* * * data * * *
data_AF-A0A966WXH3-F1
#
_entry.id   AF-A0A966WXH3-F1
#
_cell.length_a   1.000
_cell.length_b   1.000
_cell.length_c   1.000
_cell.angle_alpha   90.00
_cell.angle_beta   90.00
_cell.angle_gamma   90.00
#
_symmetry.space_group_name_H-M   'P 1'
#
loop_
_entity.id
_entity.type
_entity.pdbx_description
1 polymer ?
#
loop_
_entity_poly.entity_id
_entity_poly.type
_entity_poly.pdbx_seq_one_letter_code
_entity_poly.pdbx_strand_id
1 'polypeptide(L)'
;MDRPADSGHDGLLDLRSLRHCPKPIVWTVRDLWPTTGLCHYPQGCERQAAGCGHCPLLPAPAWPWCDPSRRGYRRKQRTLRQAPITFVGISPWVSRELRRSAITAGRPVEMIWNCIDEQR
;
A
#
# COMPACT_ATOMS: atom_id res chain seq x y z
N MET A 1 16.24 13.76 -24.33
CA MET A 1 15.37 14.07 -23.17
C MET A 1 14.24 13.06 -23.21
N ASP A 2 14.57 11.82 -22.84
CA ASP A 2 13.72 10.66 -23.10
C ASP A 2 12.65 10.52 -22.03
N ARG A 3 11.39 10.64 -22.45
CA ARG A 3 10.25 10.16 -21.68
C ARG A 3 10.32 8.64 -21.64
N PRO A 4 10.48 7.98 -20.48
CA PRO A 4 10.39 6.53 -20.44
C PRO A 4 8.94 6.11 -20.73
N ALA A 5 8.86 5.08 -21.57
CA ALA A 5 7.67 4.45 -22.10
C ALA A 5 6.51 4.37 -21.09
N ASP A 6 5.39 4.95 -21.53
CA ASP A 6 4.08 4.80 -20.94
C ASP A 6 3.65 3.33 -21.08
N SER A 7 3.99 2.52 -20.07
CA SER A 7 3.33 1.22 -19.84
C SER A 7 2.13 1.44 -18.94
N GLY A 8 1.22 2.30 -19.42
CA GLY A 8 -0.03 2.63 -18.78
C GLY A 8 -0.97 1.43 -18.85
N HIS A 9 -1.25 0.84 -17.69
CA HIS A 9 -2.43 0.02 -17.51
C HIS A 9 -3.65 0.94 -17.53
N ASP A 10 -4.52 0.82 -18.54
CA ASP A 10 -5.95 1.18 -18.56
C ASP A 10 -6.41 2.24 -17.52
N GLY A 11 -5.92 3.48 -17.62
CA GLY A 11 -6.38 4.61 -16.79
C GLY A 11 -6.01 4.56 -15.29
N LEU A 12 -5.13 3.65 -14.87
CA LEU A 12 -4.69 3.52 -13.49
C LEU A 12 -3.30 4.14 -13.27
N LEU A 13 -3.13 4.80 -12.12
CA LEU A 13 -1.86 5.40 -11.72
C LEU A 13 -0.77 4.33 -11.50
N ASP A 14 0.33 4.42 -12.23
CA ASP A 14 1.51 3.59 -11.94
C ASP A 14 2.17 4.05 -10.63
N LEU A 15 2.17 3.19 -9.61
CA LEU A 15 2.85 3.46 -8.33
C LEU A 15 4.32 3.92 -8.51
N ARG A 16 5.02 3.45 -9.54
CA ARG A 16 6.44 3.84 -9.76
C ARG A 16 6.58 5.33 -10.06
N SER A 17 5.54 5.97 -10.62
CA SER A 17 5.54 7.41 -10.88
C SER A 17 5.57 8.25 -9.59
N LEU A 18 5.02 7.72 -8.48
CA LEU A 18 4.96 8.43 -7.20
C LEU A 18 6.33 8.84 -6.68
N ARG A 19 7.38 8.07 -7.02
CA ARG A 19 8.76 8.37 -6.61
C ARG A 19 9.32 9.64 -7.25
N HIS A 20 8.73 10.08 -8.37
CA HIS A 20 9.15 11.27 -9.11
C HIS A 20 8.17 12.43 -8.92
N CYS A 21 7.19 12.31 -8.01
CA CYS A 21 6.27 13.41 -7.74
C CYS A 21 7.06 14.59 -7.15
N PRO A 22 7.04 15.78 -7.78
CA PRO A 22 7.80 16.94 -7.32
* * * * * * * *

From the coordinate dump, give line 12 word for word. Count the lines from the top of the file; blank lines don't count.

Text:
_symmetry.space_group_name_H-M   'P 1'